Tuesday's Teaching Tip

Independent Work: Not working for you?

When you’re teaching more than one child, independent work is necessary.  In order to work one-on-one with a child, the others need to be doing something, right?  But if independent work is not executed in a purposeful manner, it can become a necessary “evil”, serving to frustrate your child–and you, too!  Do you ever find yourself saying to those little blessings, “You can do this by yourself…you don’t need my help!” multiple times?  I hope I’m not the only one in this boat!

Here are a few suggestions this reading mama has in regards to independent work-and these apply not only to reading, but to any content area: (I don’t pretend to be an expert on this subject matter.  I’d love to hear your ideas as well!!)

Independent Work should be used to review something you have already introduced to your child.

Independent Work is not a time to introduce new material.  She should already possess the skills and strategies to tackle the assignment on her own; thus the word independent.  For ideas on moving your child from relying on you to working independently, visit my post.

  • It’s no secret that I’m not a fan of workbooks or worksheets, but independent work is a great time to use these to review skills and strategies you’ve already learned together.
  • Already done an activity together?  Use independent time for her to review that same activity (maybe in a different way).  Meaningful repetition is an important component of learning.
  • When a child is expected to independently read and comprehend a text, she needs to be able to read 98% or more of the words on her own.

Create activities that are “self-checking”.

Self-checking means that the activity has a built-in checking system that will alert the child when she has made a mistake.  Here are a couple of examples of this:

On the back of the pictures, I have written the words so ALuv can go back and make sure all his words match correctly on his own.

So what was I doing while ALuv spelled his words…

…matching bottle cap letters on sentence strips with NJoy.

Establish a routine for getting help.

  • When I taught in the classroom, I had a little stuffed dog I would set out on the table if I was assessing a student one-on-one while my class did some independent work.  His presence meant: do not disturb me unless it’s an emergency!  Because there are times where interruption is not an option, establish a back-up plan for getting help.  And there’s no need to have the plan figured out yourself.  Before independent work, pose this question to your child, “If I can’t help you, what are some other resources you can use?”   Brainstorm some together, then decide on two or three so your child is ready with some extra strategies.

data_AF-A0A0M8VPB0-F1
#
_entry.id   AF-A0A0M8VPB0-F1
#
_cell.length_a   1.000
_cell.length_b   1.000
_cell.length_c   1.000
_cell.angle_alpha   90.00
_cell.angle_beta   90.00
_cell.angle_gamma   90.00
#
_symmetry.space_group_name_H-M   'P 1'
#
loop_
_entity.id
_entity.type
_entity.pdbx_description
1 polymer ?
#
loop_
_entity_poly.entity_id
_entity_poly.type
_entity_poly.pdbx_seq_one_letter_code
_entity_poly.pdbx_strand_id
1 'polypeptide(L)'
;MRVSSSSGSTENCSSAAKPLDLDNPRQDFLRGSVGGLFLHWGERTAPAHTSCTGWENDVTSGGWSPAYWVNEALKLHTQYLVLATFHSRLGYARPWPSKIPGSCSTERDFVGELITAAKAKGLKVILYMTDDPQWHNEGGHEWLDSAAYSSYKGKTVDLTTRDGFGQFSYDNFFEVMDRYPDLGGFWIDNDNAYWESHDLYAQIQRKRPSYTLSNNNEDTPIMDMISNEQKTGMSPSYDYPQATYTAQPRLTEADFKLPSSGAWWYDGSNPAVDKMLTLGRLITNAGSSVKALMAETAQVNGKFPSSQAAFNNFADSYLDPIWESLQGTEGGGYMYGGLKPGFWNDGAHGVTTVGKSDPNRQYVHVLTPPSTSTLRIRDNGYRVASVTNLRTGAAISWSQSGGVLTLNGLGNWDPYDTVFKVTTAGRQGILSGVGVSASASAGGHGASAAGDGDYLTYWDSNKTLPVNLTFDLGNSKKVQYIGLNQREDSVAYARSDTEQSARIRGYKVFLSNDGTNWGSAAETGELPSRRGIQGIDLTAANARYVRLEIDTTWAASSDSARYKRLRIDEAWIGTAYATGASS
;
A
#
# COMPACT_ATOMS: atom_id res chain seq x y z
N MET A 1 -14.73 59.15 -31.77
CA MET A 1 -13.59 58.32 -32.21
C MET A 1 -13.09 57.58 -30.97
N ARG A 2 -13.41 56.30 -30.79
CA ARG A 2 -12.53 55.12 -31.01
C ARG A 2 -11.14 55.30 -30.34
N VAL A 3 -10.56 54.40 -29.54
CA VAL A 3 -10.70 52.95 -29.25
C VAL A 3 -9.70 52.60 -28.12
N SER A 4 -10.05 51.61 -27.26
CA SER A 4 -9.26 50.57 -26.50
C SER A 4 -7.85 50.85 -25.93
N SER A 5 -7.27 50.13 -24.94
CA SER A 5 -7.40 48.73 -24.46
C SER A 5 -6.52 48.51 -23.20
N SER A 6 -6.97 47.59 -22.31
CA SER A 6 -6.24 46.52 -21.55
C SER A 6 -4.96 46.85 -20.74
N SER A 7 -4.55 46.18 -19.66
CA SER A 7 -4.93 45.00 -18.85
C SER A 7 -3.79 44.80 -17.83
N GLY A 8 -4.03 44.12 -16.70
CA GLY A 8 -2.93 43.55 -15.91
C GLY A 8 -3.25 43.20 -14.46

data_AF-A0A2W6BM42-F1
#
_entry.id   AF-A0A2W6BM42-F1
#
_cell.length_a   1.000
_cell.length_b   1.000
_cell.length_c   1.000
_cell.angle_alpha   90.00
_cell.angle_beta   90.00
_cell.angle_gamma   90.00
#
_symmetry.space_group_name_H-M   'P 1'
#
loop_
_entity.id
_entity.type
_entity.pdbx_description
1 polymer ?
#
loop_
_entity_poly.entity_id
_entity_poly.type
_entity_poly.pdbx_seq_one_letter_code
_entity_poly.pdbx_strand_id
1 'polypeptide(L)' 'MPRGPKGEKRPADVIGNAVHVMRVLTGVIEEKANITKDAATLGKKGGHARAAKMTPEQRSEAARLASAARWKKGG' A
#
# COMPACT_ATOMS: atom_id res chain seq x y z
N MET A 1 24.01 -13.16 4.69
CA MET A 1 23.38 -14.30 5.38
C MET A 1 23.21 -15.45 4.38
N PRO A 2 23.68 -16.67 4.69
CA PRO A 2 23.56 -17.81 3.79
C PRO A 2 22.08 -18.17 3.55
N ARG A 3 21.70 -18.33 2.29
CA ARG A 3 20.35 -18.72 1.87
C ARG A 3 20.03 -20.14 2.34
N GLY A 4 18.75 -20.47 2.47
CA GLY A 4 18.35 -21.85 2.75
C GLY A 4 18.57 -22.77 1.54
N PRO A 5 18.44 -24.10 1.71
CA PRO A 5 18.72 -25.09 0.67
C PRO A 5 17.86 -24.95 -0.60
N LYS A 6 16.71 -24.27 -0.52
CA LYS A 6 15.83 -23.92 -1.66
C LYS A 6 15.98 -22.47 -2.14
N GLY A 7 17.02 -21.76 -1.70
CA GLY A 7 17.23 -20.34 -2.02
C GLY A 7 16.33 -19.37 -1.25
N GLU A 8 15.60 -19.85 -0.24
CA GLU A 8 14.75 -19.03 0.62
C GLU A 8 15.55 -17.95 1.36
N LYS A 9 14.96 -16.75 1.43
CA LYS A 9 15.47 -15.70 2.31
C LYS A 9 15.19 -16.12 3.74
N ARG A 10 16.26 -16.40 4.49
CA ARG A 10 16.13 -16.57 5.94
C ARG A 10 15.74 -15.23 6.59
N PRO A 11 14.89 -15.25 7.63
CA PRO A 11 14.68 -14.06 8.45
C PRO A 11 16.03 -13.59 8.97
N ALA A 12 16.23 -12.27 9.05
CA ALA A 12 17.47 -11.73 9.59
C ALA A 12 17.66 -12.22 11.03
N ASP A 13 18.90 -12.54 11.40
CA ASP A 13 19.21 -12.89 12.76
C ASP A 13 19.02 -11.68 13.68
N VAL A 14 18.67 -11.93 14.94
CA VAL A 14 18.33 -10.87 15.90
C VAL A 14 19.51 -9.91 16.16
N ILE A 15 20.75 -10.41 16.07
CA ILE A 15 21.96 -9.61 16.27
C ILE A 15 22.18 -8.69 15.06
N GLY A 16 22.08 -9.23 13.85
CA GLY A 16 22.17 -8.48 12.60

• I like Carissa’s help card system concerning independent work.  This is also an awesome post about workboxes.  Scroll down through the post towards the bottom to see the “help” system.

Create a reward for accomplished work.

Despite out attempts to do it all “right”, our little blessings may still claim they simply “can’t do it!”  (I had one of those times just this week with ALuv.)  Certain activities, such as writing, may be a trigger for these melt-downs.  Plan ahead!  Have something special waiting for them on the other side.  I recently went to a homeschool conference in which the speaker said, “Have a plate of brownies waiting…and why not?  You’re at home; not in a school setting!”

This Reading Mama’s disclaimer concerning rewards: External motivators are not my favorite strategy for engaging kids.  I think we need to first examine what we’re asking them to do.  If they don’t see the purpose or meaning in the activity, more than likely they won’t be motivated to do it. 

Do you have any suggestions to share concerning independent work?  I’d love to hear them!


1 Comment (+add yours?)

  1. Trackback: Syl-la-ble Sort « This Reading Mama

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